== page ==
Most footwear designers do not mention the inherent physics involved in the design and creation of footwear. Bryan Oknyansky begins with physics as the main design problem and, as his recent title of Red Dot: Product Design 2012 Honourable Mention testifies, he never presents a final product to a client that cannot stand the test of human wear.
Entries in shoes (9)
by General Fabb
This week's selection is London-based shoe designer Bryan Oknyansky's Caged Heels.
Oknyansky runs Shoes By Bryan, a bespoke designer of very unique shoes, operating since May 2011. The award-winning designer begins a shoe design by analyzing the physics of the shoe. He uses personal orthopedic dimensions and ergonomic measurements in the parametric 3D CAD models to produce shoes that are not only stunning to look at, but also incredibly comfortable and functional to wear.
According to Oknyansky's site:
Oknyansky produces many beautiful shoe designs, but we've selected Caged Heels, a set 3D printed in a titanium alloy and finished with leather.
Via Shoes By Bryan
There's more cool stuff from the folks at Continuum Fashion, who have previously produced a 3D printed Bikini. They've now released the "strvct" 3D printed shoes, a mesh-like design printed in nylon. Don't worry, they are indeed wearable as they include a "patent leather inner sole, and coated with a synthetic rubber on the bottom to provide traction".
The design is brilliant in more ways than one. Not only is it visually interesting, but the mesh of triangles reflects the digital origin of the shoe's design: a 3D digital mesh of triangles, also known as an STL file.
The strvct shoes are available for purchase now, at a cost of USD$900 per pair. Evidently they are "made to order", suggesting that they likely will be sized precisely for your feet. There are also variations of the design to choose from.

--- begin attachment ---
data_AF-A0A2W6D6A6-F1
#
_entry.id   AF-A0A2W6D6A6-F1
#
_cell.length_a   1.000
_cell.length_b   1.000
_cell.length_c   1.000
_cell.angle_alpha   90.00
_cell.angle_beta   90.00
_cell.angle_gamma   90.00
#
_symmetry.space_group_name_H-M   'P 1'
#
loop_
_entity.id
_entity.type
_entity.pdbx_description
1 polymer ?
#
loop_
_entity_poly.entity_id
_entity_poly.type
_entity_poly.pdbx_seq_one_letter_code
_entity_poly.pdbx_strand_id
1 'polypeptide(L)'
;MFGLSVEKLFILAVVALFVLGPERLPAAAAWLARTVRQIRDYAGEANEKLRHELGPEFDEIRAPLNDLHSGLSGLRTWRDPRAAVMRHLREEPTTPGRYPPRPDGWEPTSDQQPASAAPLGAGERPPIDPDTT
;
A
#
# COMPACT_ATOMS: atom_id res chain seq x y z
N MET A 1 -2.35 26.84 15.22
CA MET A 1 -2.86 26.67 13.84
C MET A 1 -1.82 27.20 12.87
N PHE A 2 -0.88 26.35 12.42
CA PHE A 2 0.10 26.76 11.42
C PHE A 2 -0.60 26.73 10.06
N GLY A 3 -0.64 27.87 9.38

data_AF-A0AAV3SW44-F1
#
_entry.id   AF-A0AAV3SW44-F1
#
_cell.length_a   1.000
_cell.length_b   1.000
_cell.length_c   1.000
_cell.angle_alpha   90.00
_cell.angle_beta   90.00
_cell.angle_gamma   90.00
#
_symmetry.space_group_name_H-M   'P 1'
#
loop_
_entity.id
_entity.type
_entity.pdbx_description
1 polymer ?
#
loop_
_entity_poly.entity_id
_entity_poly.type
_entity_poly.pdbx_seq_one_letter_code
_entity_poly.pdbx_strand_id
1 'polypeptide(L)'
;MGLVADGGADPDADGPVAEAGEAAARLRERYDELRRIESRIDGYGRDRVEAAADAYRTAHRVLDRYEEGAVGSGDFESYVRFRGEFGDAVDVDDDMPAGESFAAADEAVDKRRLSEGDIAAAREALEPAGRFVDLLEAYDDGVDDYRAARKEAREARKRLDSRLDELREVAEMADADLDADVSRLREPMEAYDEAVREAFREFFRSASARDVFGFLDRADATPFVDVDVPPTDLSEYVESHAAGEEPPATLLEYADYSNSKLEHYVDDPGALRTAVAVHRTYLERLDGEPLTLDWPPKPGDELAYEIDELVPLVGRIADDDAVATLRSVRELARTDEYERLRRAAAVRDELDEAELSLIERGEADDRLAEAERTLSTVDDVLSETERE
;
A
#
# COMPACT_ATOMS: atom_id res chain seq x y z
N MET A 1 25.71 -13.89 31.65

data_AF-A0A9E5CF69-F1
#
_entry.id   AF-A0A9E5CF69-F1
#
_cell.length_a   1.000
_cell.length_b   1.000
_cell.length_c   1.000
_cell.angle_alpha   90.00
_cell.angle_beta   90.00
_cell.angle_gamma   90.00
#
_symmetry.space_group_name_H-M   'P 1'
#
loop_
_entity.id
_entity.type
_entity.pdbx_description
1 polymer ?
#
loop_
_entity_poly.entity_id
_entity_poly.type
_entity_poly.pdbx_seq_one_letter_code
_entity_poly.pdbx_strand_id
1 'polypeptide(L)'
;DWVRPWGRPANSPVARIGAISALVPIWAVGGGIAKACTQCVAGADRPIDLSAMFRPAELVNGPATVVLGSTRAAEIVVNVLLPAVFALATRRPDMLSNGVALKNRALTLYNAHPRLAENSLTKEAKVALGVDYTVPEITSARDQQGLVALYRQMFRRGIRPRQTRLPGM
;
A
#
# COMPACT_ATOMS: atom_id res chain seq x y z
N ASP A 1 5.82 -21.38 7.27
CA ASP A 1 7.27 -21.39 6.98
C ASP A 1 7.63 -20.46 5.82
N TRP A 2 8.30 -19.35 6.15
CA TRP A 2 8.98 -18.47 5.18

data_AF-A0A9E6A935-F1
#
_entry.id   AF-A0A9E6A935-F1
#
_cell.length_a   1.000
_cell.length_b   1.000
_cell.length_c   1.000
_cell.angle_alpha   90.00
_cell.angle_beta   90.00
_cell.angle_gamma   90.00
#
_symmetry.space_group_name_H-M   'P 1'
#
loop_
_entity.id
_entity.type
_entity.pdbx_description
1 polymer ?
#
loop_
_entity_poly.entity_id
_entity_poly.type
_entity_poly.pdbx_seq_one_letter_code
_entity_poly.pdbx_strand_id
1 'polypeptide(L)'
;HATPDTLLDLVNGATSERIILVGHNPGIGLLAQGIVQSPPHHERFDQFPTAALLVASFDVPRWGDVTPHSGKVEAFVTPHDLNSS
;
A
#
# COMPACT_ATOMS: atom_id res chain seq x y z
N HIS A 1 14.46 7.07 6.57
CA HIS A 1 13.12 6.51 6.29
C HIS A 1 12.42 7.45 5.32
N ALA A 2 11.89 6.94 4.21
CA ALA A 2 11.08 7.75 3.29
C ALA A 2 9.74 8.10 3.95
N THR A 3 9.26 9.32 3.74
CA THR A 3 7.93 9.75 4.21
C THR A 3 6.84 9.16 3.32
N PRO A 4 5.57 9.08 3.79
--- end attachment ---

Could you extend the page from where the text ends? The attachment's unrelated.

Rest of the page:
After jewelry, the most frequently 3D printed item of clothing seems to be shoes. Some of the designs we've seen up to now were totally fantastic but were perhaps more arty than you'd care to wear in "real life". Now we're seeing more practical 3D printed shoe designs by artist Hoon Chung of the University of the Arts London.
Not all of the designs appear to be 3D printed, but least eight are. They've been made by joining two different prints together: the upper and the sole. Hopefully the upper is made from a softer material otherwise they could become uncomfortable.
We're interested in reader comments, particularly regarding the styles and colors. What do you think?
If you're visiting London soon, we'd recommend you spend some time at the Victoria and Albert Museum, home of incredible deisgns of all kinds. Typically the works are historical, but at times contemporary works are displayed. That's what's happening now in a new exhibition called "The Power of Making" taking place at the V&A from 6 September to 2 January 2012. The exhibition includes over 100 "exquisitely crafted objects". According to their website:
The exhibition showcases works made using a diverse range of skills and explores how materials can be used in imaginative and spectacular ways, whether for medical innovation, entertainment, social networking or artistic endeavour.
We're specifically interested in the 3D printed shoes crafted by Marloes ten Bhömer, which we wrote about in January. This is an opportunity for the public to check out these amazing shoes in person.
The shoes were produced with Objet 3D printing technology, which has the unique feature of being able to mix multiple materials together during a single print operation. This means a print, such as the V&A shoes, can include both rigid and soft portions. Very important in a shoe, comfy counts.